What the Navy feared about amateur and commercial radio use was interference. Spark-based radiotelegraphy prevalent at the time was notoriously imprecise, and the Navy wanted to make sure its critical communications could not be eavesdropped or jammed, accidentally or on purpose. And it was concerned only with ship-to-shore transmissions; the Navy couldn't foresee development of inland radio, since wired telegraph and the telephone served these land-locked communication needs.
Largely beyond the knowledge of the Navy, however, were new vacuum tube-based continuous wave AM transmitters and more precise reception technologies, along with new vacuum tube-based amplified radio receivers, all of which enabled the transmission and reception of voice and music. But in April 1919, vacuum tube-powered voice and music transmissions were rare and experimental and didn't impact the Naval view of radio.
If the Navy, with all its radio expertise, couldn't see a future for radio beyond wireless telegraphy, GE’s Young admittedly hardly understood anything about the technology at all. But he was described in his Time Magazine Man of the Year profile a decade later as "prescient," and "obsessed with the idea that some day [sic] it may be possible to write a message on a pad at one's desk or bedside and have it instantaneously transmitted to the addressee anywhere on earth."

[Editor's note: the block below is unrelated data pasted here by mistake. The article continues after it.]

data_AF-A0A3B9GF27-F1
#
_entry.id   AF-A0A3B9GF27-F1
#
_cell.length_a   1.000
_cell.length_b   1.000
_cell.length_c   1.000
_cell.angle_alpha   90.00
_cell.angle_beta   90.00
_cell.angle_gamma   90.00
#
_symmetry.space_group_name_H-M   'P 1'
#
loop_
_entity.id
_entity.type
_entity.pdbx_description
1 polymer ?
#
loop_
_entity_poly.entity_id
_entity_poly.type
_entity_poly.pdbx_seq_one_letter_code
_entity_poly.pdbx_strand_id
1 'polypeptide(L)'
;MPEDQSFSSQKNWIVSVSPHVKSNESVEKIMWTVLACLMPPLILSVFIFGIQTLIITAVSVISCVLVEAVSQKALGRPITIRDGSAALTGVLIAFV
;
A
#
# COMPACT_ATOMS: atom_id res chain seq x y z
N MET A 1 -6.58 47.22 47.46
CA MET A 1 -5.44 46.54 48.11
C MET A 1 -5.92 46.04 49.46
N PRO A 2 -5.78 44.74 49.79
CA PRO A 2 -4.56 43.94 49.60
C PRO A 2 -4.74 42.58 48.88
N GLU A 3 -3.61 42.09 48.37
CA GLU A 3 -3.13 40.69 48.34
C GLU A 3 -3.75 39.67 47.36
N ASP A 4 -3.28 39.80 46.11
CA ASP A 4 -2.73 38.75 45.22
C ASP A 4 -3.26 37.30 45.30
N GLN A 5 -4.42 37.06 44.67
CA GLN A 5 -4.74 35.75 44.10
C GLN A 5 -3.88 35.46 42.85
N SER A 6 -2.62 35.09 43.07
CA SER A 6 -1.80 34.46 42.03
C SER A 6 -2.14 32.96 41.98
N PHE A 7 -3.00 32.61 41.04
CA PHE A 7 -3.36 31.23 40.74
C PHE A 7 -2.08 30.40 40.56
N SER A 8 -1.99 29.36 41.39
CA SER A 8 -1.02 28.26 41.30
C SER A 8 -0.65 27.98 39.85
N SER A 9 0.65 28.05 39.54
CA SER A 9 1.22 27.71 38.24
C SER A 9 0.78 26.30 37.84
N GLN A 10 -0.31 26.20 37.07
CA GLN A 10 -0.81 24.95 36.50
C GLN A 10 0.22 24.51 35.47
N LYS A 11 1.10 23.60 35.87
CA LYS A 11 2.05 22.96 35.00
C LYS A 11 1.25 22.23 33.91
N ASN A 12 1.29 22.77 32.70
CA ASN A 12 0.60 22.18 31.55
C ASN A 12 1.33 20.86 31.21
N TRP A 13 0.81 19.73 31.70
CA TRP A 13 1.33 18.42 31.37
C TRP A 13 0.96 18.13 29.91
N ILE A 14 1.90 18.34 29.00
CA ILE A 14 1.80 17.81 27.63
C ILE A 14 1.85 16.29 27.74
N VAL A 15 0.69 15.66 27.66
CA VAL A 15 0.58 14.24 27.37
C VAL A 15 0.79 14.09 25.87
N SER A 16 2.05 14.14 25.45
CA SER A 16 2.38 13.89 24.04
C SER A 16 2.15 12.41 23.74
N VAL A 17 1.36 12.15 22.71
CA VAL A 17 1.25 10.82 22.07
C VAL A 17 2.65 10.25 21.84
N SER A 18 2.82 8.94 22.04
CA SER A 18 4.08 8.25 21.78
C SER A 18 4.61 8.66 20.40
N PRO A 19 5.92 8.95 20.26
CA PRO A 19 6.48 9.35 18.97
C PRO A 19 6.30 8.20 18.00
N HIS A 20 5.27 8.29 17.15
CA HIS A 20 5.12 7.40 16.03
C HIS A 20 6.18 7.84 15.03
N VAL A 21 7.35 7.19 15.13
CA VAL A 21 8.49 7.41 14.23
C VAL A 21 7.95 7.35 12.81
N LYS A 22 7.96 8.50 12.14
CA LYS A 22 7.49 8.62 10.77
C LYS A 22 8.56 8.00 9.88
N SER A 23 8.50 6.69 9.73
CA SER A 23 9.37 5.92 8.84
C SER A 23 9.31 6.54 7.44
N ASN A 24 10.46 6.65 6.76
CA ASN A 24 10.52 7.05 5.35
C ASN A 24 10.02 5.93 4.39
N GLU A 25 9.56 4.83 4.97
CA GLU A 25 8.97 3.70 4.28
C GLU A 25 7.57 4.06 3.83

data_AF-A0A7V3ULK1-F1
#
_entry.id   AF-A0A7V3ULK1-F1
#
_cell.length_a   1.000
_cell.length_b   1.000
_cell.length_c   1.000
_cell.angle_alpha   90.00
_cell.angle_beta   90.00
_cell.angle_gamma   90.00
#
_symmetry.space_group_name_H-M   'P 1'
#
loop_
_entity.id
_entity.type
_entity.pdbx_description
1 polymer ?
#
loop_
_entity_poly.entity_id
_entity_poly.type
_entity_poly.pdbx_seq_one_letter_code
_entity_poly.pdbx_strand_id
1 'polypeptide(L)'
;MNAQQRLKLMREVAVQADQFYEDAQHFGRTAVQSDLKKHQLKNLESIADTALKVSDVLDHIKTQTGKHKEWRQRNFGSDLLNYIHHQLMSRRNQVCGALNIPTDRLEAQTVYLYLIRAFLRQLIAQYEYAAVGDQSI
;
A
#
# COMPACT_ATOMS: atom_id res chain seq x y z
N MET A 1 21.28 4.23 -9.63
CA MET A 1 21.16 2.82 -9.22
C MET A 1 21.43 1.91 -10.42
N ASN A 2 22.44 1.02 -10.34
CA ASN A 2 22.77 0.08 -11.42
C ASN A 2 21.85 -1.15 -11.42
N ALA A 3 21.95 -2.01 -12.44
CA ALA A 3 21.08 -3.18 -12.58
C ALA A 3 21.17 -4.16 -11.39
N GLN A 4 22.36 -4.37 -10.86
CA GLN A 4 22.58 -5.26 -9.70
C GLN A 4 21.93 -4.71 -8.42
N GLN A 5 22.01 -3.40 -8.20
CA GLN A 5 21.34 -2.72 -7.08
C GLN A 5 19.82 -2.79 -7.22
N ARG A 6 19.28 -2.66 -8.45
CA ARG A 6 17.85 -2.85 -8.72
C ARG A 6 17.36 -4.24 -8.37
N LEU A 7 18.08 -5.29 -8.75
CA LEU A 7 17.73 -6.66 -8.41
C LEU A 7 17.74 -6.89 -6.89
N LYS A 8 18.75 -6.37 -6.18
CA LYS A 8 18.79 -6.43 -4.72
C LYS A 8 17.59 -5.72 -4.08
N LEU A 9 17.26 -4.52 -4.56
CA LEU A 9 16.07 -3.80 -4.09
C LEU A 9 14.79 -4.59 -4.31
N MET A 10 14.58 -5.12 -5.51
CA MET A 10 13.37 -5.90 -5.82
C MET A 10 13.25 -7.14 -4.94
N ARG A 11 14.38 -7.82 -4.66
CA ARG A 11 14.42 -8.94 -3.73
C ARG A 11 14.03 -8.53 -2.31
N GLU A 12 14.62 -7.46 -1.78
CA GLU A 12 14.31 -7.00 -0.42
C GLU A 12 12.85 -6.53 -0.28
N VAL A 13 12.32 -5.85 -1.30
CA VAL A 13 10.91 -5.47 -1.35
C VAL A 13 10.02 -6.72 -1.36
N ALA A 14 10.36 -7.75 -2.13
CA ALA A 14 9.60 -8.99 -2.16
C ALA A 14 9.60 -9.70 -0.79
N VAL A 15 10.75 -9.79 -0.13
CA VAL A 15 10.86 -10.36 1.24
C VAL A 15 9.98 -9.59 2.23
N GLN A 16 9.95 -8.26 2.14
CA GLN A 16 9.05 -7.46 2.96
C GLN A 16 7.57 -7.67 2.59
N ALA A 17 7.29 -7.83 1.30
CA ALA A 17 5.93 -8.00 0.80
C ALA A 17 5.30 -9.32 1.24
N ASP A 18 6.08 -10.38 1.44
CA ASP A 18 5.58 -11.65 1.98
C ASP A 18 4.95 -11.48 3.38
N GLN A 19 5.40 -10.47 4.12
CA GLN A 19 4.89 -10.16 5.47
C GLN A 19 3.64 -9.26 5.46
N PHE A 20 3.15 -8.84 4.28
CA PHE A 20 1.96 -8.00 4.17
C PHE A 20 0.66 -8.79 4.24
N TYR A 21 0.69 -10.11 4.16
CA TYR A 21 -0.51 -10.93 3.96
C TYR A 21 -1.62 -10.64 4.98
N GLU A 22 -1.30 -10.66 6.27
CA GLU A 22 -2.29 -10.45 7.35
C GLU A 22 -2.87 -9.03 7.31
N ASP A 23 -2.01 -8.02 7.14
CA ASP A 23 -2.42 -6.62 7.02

In April 1919, however, Young's immediate concern was less technological and more pure business economics – making sure GE profited from equipment in which the company had made a sizeable R&D investment.
Ultimately, as an American company, what was Young's and GE's priority: business or patriotism?
Ironically, the Navy provided GE the solution. As Young memorialized in an internal memo two months after their meeting, Bullard and Hubbard:
…suggested that the Navy Department would be sympathetic with the formation by the General [Electric] Company and other clearly American interests of an American-owned, worldwide, radio-operating company, which would be strong enough to deal with the Marconi Companies as an equal.
Create its own American customer for its wares? Now there was a novel business idea, and Young ran with it.
Over the next several months, Young herded, negotiated with, cajoled, and strong-armed the largest commercial radio patent owners of the time: the Navy, AT&T, Westinghouse, American Marconi and United Fruit – which operated a large fleet of ships around Latin America equipped with the latest wireless gear – into investing in an American radio company and into access to the Alexanderson alternator.
The result: the founding of the Radio Corporation of America, which would become commonly known as RCA, on October 17, 1919, with Young serving as the new entity's first CEO and president.
With all the major radio patents now collected in the new corporate entity, the commercial development of radio – and the founding of the consumer technology business – was not only possible, but inevitable.